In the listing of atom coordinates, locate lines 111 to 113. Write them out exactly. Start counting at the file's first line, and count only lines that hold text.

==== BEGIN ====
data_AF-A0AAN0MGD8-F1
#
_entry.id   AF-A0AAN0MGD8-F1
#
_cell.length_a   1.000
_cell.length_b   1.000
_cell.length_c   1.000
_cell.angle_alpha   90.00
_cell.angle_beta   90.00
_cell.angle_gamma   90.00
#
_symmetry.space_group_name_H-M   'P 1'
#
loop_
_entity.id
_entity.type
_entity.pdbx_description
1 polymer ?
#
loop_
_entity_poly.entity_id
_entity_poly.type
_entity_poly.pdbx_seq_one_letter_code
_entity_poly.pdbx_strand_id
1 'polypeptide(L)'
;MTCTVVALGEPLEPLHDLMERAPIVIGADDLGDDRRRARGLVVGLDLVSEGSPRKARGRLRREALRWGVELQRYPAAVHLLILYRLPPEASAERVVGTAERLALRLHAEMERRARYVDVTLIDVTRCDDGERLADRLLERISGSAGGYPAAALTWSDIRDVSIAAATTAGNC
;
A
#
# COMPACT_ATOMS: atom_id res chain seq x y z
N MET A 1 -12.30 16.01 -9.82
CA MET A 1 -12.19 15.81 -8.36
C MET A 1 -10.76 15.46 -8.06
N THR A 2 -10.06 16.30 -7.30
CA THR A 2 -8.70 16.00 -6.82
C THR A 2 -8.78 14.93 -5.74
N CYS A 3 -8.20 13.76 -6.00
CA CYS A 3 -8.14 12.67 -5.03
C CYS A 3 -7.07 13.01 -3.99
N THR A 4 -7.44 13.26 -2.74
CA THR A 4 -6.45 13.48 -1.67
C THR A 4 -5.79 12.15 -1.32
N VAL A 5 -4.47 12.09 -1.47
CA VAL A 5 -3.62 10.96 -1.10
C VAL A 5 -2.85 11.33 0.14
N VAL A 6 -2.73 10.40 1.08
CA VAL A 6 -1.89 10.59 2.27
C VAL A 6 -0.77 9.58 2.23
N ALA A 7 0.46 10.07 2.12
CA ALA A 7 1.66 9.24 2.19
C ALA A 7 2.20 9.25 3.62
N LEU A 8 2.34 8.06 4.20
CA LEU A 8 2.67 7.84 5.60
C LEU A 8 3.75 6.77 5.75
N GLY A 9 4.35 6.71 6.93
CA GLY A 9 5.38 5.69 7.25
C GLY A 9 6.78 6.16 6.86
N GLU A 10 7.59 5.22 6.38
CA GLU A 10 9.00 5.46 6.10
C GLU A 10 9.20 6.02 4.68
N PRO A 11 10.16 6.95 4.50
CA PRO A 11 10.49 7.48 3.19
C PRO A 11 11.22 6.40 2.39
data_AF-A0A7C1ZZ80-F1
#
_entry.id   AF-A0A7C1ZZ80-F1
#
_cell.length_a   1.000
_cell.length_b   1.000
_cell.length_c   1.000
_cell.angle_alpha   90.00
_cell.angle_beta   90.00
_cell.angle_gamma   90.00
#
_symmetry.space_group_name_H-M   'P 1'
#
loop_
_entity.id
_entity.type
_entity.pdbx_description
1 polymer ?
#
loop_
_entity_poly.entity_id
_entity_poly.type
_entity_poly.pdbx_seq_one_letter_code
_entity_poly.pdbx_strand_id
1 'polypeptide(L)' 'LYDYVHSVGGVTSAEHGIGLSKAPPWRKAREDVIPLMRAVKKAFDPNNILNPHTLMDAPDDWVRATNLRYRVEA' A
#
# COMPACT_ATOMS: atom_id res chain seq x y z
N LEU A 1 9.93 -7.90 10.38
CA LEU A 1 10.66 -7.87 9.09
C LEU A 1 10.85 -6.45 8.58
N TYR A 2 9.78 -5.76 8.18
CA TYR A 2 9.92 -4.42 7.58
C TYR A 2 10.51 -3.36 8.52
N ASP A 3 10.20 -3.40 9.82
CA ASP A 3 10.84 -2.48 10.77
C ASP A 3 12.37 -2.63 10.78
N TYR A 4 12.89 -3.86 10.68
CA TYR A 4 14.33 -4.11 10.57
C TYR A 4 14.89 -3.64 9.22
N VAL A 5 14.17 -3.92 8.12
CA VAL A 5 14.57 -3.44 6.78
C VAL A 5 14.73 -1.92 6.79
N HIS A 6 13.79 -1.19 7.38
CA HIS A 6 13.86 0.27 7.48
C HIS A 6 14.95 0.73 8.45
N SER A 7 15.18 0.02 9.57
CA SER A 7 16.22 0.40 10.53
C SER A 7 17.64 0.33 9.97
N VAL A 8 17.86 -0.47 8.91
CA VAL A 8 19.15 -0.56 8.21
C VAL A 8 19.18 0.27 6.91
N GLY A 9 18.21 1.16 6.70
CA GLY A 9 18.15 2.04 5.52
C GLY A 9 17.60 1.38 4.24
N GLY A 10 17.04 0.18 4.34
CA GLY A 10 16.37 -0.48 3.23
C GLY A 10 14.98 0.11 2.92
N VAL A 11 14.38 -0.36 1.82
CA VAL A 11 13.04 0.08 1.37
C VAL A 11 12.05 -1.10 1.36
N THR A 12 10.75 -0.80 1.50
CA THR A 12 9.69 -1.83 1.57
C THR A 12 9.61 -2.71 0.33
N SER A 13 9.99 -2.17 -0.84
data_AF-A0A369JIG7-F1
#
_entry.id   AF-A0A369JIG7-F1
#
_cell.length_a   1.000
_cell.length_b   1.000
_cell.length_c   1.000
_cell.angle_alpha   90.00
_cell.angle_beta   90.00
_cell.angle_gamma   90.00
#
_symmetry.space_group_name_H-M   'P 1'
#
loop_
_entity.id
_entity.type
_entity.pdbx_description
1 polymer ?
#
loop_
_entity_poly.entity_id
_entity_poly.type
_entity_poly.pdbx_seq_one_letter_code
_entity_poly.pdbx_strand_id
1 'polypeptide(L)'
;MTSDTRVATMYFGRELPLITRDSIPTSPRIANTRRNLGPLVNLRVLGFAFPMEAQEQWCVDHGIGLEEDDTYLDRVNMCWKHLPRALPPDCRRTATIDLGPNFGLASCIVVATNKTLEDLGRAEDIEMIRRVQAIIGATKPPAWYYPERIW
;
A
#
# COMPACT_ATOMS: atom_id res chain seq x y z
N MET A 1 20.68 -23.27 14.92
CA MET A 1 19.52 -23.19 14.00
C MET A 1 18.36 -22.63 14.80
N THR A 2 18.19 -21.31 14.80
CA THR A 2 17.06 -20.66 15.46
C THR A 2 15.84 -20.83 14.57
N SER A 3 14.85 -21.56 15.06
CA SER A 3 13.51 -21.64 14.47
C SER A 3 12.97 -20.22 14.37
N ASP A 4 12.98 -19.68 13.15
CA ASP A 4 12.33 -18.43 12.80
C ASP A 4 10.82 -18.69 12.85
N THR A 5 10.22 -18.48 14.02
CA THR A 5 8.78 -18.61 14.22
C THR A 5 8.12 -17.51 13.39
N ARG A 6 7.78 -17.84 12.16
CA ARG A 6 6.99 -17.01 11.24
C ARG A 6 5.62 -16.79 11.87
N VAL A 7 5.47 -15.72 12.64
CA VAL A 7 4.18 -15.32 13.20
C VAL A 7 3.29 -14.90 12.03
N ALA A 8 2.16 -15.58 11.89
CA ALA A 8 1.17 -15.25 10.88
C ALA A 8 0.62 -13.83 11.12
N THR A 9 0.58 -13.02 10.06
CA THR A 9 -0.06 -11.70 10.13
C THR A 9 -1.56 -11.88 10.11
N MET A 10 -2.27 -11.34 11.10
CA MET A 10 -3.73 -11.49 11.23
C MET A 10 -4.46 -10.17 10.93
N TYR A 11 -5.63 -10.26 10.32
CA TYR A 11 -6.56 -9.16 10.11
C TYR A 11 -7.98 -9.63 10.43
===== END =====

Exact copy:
C SER A 7 17.64 0.33 9.97
N VAL A 8 17.86 -0.47 8.91
CA VAL A 8 19.15 -0.56 8.21